A new decision rule will help emergency department physicians determine when to use radiography in young children with minor head injuries. The Canadian-developed rule is published in CMAJ.
Head injury is a common reason for children to visit emergency departments, resulting in more than 20 000 visits in Canada and 470 000 in the United States each year. Although termed â€œminor,â€ these head injuries may have complications such as skull fractures and brain injury. Computed tomography (CT) scans, which are the most effective diagnostic tool, carry an increased risk of cancer, whereas skull radiography carries a very small risk of cancer, costs less and creates less discomfort for children.
There is no consensus on how to treat children with head injury who do not meet the criteria for CT imaging but may still be at risk of complications.
To fill this gap, researchers developed and tested a rule to help emergency department physicians identify children under age 2 who are at risk. This was a two-phase project. In the first phase, they included 811 patients, of whom 49 had skull fractures, to develop the decision tool. In the second phase, they confirmed the validity of the tool in a new group of 856 patients, of whom 44 had skull fractures. Using the decision tool, the researchers identified approximately 90% of skull fractures in children with minor head injuries.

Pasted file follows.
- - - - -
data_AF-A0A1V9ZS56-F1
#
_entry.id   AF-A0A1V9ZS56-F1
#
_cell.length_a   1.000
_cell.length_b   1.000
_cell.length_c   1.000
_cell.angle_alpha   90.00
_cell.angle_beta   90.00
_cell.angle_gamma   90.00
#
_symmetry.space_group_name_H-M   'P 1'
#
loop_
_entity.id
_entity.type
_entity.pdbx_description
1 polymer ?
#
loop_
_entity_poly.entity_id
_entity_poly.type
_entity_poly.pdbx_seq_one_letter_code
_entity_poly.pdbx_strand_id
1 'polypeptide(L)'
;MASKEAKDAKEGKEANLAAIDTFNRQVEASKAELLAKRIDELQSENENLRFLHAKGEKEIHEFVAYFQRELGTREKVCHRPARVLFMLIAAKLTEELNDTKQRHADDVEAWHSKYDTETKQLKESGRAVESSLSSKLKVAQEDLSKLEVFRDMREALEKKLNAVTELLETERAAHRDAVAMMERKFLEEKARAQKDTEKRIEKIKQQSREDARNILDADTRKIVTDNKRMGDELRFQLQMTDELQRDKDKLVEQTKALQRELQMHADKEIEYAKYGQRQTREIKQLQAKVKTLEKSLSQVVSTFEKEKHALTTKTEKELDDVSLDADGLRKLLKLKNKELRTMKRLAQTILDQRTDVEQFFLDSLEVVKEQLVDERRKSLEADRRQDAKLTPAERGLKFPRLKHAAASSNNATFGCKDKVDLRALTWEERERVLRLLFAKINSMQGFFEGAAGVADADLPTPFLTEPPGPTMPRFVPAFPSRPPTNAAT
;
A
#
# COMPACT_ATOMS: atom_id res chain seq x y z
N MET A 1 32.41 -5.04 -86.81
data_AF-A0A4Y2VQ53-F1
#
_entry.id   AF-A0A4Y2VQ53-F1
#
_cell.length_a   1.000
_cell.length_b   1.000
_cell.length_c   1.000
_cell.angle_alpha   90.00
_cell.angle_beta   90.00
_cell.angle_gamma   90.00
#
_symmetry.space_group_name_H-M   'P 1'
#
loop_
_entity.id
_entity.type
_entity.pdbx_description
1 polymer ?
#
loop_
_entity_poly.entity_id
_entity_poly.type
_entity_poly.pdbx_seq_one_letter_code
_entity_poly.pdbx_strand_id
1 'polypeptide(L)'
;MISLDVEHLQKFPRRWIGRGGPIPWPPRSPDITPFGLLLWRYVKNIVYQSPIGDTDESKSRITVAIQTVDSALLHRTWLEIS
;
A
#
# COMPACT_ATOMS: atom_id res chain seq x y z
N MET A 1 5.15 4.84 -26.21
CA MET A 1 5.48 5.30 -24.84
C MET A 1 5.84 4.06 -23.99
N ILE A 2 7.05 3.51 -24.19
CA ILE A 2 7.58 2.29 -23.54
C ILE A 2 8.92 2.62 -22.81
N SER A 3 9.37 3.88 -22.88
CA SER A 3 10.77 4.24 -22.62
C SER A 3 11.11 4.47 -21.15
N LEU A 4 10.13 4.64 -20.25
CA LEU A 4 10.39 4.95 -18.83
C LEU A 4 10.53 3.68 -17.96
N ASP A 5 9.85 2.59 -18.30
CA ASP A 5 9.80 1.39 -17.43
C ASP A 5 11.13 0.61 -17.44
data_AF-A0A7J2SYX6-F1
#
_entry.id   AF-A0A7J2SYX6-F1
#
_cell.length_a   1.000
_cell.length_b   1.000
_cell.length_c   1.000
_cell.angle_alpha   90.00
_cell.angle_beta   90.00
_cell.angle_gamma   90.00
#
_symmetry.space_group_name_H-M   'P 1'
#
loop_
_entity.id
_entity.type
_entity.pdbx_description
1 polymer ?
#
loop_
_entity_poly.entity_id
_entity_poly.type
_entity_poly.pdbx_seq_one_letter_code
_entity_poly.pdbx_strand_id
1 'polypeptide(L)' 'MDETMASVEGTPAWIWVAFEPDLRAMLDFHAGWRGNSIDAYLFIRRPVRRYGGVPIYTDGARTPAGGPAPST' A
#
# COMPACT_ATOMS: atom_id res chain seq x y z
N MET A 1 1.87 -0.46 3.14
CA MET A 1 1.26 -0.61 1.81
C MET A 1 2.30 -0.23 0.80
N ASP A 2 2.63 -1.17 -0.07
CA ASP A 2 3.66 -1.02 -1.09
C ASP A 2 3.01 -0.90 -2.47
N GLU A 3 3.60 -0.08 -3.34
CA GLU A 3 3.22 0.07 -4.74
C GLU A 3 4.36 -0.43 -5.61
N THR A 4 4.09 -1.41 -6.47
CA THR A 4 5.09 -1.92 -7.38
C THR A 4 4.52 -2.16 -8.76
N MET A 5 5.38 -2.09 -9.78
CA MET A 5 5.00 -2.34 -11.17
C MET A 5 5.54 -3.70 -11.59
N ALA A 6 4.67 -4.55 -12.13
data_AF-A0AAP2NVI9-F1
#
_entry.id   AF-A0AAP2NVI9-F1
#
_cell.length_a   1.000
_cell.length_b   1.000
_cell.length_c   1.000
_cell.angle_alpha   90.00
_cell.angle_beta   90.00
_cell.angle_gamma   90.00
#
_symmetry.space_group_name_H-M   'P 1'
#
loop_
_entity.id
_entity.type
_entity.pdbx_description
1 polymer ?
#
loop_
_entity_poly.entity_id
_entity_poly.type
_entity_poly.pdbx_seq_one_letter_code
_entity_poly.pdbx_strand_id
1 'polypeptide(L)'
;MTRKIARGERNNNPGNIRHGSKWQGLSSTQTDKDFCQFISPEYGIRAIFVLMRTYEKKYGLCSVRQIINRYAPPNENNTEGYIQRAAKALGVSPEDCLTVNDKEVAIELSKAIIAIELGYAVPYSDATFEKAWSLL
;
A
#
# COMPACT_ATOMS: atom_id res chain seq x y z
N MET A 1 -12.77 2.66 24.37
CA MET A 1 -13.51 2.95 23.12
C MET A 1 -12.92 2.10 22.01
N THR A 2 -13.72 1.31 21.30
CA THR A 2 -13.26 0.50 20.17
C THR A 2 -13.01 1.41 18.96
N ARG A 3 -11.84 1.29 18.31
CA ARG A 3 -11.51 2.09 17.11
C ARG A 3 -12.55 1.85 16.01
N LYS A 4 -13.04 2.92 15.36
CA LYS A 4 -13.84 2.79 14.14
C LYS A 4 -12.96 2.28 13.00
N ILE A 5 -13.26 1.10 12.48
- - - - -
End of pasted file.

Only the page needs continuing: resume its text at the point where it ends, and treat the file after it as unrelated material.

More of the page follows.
â€œThe 2 predictors identified through recursive partitioning for the development of the rule were parietal or occipital swelling or hematoma and age less than 2 months,â€ writes Dr. Jocelyn Gravel, Department of Pediatrics, Centre hospitalier universitaire (CHU) Sainte-Justine, UniversitÃ© de MontrÃ©al, MontrÃ©al, Quebec, with coauthors.
â€œUse of the rule would have decreased the overall number of skull radiographs by about 60% in our study population,â€ they write.
The authors contend that this clinical decision rule will have several outcomes, including better use of health care resources by avoiding unnecessary visits to emergency departments, improved care for children with head trauma, and improved ability of triage nurses to identify children at risk.
However, further research is needed in a variety of settings to ensure consistency and proper use of the rule.
â€œThe authors provide front-line clinicians with objective decision-making criteria, more helpful than â€˜observation versus CT,â€™ write Dr. Peter Gill, Department of Paediatrics, The Hospital for Sick Children (SickKids) and University of Toronto, Toronto, Ontario, and Dr. Terry Klassen, Department of Pediatrics and Child Health, University of Manitoba, Winnipeg, Manitoba, in a related commentary.
â€œBut perhaps most important, the rule is simple: in children less than 2 years old with a minor head injury who do not meet the criteria for a CT scan, perform a skull radiograph if they are less than 2 months old or they have parietal or occipital swelling. If only all clinical decision rules could be this simple,â€ they conclude.
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